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Difference between normal and abnormal loss

A normal loss of units falls within a tolerance level expected during production. Management creates a range of tolerance of spoiled units specified by the accepted quality level, as mentioned in the beginning of this chapter. If a company had set its quality goal as 98 percent of goods produced, the company would have been expecting a normal loss of 2 percent. Any loss in excess of the AQL is an abnormal loss. Thus, the difference between normal and abnormal loss is merely one of degree and is determined by management.

A variety of methods can be used to account for units lost during production.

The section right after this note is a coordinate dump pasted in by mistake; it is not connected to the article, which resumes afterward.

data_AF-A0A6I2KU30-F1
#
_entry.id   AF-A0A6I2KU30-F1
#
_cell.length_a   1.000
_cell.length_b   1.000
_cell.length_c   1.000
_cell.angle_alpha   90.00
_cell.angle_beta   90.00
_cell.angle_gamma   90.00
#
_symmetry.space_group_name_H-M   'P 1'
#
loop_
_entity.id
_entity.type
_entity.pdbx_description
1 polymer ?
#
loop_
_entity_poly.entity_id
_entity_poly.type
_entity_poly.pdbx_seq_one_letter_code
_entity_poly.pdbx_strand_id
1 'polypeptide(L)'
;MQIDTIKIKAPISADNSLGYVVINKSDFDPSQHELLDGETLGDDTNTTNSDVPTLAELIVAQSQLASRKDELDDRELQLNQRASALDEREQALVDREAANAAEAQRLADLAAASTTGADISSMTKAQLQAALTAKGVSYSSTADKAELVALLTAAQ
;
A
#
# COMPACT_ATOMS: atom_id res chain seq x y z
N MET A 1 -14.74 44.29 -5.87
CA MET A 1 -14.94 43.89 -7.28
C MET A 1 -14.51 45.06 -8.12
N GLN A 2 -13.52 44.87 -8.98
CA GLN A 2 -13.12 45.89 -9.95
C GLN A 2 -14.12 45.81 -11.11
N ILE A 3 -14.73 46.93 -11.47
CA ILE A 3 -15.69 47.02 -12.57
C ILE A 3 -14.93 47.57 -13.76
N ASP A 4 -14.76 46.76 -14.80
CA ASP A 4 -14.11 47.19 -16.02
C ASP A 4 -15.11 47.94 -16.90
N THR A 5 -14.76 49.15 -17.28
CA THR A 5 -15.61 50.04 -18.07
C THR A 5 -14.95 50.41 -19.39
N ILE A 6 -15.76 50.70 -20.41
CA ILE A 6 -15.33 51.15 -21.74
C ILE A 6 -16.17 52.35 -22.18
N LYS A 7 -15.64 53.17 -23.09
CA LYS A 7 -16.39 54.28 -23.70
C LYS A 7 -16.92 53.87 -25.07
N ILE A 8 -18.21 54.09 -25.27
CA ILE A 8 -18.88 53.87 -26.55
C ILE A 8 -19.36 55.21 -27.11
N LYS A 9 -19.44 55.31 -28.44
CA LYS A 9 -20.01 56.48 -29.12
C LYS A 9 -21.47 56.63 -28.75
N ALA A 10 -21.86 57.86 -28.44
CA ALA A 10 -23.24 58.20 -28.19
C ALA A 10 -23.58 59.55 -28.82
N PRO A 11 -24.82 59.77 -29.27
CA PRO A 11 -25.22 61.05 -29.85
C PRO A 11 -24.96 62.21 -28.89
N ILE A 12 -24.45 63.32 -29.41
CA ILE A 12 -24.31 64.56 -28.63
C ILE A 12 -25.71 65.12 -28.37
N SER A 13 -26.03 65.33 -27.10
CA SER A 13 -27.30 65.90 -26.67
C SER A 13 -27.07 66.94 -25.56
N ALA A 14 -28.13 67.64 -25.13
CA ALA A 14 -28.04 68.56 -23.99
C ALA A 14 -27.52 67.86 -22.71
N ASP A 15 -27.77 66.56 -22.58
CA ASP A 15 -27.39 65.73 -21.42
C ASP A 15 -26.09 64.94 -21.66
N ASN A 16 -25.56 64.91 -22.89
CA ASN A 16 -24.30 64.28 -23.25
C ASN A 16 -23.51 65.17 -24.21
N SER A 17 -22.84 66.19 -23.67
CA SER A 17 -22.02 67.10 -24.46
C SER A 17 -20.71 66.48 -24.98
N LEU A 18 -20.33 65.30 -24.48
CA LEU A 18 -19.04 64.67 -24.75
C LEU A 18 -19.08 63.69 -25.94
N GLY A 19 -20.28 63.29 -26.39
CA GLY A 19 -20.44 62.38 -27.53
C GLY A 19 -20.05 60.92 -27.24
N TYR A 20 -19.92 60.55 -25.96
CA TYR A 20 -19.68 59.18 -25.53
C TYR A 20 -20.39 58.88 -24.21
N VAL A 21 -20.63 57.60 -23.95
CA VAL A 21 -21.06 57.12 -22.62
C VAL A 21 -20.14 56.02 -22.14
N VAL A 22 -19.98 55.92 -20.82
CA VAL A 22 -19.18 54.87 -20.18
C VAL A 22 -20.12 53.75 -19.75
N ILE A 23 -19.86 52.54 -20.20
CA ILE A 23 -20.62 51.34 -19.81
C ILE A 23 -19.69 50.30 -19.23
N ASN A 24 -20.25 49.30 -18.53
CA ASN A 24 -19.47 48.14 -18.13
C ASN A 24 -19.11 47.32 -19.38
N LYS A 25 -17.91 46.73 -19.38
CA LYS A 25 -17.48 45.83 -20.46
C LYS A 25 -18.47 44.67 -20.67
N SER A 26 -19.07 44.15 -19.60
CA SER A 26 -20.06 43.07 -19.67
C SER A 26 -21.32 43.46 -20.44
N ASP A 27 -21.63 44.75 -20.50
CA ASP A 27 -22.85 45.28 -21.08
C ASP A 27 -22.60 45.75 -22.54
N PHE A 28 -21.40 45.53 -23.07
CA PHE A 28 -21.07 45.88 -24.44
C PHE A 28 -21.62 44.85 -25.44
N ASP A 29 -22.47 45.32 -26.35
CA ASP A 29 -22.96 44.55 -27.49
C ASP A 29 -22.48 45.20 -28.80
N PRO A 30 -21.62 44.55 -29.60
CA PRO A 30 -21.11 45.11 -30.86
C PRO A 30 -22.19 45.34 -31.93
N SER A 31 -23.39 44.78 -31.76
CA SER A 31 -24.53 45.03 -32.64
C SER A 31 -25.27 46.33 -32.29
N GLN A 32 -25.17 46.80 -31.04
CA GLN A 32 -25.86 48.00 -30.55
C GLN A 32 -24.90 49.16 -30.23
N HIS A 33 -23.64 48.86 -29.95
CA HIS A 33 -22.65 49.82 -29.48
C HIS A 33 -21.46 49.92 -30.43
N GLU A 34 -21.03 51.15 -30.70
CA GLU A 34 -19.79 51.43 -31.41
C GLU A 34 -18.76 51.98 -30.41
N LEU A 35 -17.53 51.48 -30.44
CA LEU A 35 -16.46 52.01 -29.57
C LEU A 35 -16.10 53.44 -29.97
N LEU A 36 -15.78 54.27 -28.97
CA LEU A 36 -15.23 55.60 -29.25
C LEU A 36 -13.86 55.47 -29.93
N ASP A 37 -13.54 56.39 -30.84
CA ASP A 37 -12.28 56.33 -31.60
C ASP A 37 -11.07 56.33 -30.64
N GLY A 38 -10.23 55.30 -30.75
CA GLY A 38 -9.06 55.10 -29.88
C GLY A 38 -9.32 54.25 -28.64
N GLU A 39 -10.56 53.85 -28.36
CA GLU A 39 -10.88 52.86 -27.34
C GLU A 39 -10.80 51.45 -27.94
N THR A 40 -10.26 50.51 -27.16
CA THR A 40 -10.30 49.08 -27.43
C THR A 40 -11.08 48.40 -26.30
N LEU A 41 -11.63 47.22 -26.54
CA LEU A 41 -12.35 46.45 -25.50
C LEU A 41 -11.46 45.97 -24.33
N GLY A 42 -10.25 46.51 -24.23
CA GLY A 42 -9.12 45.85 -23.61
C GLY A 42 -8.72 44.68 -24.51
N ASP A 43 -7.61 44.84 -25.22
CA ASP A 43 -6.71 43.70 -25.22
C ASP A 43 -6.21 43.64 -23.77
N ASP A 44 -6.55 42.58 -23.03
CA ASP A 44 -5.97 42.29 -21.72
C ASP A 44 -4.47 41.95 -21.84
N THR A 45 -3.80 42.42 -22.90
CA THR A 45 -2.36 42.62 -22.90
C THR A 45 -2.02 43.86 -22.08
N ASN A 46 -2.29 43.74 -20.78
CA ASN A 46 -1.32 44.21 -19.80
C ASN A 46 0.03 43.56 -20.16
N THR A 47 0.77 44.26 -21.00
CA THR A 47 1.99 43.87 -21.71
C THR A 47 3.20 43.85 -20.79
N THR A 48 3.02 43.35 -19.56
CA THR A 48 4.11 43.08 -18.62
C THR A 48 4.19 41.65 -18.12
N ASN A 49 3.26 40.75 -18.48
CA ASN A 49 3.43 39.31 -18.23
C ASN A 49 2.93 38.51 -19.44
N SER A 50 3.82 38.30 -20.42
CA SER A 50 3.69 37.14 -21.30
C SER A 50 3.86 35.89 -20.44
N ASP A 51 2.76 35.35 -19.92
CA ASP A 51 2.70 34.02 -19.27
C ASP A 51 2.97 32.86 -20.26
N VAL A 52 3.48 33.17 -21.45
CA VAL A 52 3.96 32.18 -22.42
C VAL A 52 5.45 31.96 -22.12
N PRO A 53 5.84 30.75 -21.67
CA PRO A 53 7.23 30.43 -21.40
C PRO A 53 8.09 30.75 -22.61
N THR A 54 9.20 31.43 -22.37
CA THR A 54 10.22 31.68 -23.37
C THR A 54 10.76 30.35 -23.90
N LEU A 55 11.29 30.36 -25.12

Selection of the most appropriate method depends on two factors: 
 
(1) the cause of the decrease and 
(2) management expectations regarding lost units. 
 
Understanding why units decreased during production requires detailed knowledge of the manufacturing process. Management’s expectations are important to determine the acceptable loss quantities from defects, spoilage, or shrinkage as well as the revenue and cost considerations of defective and spoiled units.

Some companies may estimate the normal loss to be quite high because the lowest cost material, labor, or overhead support is chosen.
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